Implantable devices that release insulin into the body hold promise as an alternative way to treat diabetes without injections or cannula insertions. However, one obstacle that has prevented their use so far is that the immune system attacks them after implantation, forming a thick layer of scar tissues that blocks insulin release.
Now, a team of MIT engineers and collaborators has devised a device that can prevent scar tissue caused by implantable devices that release insulin to the body.
In a study of mice, they showed that when they incorporated mechanical actuation into a soft device, the device remained functional for much longer than a typical drug-delivery implant. The device is repeatedly inflated and deflated for five minutes every 12 hours, and this mechanical deflection prevents immune cells from accumulating around the device.
For many years, scientists have been working on insulin-delivering devices that could be implanted under the skin. However, the fibrous capsules that form around such devices can lead to device failure within weeks or months.
Researchers have tried many approaches to prevent this kind of scar tissue from forming, including local delivery of immunosuppressants. The MIT team took a different approach that does not require any drugs – instead, their implant includes a mechanically actuated device that remained functional for much longer than a typical drug-delivery implant.
In the new study, researchers wanted to see if that immunomodulatory effect could help improve drug delivery. They built a two-chambered device made of polyurethane, a plastic that has similar elasticity to the extracellular matrix that surrounds tissues. One of the chambers acts as a drug reservoir, and the other acts as a soft, inflatable actuator. Using an external controller, the researchers can stimulate the actuator to inflate and deflate on a specific schedule. For this study, they performed the actuation every 12 hours, for five minutes at a time.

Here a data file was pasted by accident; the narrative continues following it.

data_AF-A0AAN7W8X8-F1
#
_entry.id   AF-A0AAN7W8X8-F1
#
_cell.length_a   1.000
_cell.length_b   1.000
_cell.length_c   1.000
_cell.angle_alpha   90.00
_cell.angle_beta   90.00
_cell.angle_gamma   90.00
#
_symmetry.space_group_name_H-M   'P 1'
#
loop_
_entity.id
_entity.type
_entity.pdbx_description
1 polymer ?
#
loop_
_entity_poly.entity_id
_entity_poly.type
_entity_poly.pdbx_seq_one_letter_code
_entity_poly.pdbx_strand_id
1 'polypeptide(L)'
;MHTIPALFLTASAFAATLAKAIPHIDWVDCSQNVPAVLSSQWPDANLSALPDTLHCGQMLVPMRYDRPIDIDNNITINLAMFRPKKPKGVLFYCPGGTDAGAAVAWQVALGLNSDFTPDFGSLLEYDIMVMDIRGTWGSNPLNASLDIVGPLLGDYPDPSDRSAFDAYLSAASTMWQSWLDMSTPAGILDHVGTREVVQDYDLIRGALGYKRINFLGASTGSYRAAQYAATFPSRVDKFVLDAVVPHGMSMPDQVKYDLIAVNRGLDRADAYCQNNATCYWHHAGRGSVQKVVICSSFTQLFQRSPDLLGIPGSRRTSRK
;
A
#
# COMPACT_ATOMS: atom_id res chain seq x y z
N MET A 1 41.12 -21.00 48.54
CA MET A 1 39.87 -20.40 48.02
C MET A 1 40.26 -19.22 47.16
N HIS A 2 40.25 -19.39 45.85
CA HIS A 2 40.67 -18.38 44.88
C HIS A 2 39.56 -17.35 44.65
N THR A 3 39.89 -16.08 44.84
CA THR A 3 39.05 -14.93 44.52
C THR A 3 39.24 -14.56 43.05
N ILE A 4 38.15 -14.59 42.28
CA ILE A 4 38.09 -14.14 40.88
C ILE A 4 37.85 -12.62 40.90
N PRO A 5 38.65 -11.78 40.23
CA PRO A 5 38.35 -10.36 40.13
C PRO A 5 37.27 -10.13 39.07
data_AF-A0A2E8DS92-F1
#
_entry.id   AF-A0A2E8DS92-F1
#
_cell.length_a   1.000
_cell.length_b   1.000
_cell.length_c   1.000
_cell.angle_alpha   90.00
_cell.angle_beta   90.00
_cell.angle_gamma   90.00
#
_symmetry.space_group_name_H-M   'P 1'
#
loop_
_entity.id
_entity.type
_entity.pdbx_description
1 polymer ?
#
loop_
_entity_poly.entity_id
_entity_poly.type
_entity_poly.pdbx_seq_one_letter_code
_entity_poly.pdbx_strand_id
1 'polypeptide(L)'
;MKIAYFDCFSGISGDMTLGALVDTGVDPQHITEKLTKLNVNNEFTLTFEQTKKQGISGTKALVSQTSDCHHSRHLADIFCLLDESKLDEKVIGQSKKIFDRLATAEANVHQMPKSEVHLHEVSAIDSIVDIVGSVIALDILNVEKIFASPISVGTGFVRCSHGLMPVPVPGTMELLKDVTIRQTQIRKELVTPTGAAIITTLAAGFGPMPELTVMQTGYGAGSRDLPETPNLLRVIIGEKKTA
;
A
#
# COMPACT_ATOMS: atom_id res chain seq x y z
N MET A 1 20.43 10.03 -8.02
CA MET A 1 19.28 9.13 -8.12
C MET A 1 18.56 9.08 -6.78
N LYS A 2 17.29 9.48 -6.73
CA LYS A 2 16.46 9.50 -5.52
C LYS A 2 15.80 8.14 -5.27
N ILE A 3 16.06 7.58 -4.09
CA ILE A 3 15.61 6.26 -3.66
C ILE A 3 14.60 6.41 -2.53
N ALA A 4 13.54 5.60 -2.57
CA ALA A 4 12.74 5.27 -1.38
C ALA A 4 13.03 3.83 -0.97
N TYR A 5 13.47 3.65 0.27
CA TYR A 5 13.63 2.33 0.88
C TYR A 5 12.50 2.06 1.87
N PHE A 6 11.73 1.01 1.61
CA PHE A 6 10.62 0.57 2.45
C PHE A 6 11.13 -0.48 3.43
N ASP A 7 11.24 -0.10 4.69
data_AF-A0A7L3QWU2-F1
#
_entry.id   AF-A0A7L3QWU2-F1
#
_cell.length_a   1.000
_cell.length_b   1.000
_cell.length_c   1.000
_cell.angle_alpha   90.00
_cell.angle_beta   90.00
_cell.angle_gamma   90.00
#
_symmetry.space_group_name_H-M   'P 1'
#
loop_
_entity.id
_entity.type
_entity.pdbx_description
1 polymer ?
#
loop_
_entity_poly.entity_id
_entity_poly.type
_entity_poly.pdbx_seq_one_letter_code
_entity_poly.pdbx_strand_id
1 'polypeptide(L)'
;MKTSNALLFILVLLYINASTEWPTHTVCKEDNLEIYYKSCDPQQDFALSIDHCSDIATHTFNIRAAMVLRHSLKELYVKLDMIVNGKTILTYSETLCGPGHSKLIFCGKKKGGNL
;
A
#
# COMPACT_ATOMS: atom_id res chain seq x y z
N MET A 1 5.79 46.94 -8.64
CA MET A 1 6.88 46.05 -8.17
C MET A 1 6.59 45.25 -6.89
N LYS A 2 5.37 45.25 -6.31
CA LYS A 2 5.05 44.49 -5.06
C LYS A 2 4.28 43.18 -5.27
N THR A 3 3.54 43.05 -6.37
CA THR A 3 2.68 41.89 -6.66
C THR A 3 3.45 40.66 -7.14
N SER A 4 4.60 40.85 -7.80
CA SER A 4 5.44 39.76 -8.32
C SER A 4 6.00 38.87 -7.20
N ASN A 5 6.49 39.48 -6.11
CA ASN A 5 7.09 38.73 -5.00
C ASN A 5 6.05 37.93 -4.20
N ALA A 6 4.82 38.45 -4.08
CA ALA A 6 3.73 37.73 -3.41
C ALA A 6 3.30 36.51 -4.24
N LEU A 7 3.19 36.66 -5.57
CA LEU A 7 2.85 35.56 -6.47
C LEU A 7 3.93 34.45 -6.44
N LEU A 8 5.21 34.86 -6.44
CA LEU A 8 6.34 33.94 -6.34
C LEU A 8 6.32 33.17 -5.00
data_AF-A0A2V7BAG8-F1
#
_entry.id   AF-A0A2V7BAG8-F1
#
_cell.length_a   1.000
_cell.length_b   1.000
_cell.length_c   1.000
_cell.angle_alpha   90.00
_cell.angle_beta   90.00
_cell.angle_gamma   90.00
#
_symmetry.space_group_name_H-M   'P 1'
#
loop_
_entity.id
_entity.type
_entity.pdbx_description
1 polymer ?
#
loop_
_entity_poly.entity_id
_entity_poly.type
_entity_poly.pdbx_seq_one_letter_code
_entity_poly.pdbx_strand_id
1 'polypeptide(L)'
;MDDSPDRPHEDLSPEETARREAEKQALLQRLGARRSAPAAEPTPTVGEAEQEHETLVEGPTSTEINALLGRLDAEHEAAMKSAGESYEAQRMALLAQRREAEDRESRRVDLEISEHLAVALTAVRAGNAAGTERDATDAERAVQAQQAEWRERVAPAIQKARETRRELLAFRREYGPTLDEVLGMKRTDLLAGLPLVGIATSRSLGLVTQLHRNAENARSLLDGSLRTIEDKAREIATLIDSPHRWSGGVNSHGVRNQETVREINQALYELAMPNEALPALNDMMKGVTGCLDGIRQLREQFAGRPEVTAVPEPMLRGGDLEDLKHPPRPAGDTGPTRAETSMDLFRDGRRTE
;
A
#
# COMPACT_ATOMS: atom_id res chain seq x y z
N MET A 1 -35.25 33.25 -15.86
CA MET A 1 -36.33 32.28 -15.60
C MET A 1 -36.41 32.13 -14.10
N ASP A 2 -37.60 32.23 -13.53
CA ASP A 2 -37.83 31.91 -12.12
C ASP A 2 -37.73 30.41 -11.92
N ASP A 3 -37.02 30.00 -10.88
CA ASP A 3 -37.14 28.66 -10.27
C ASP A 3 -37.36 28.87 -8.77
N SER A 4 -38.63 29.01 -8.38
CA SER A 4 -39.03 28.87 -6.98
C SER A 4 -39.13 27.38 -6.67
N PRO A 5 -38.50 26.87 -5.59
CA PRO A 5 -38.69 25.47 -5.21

“We’re using this type of motion to extend the lifetime and the efficacy of these implanted reservoirs that can deliver drugs like insulin, and we think this platform can be extended beyond this application,” says Ellen Roche, a member of MIT’s Institute for Medical Engineering and Science.
Among other possible applications, the researchers now plan to see if they can use the device to deliver pancreatic islet cells that could act as a “bioartificial pancreas” to help treat diabetes.
The MIT team also created a human-sized version of the device, 120 millimeters by 80 millimeters, and showed that it could be successfully implanted in the abdomen of a human cadaver. “This was a proof of concept to show that there is a minimally invasive surgical technique that could potentially be employed for a larger-scale, human-scale device,” says MIT postdoc Debkalpa Goswami.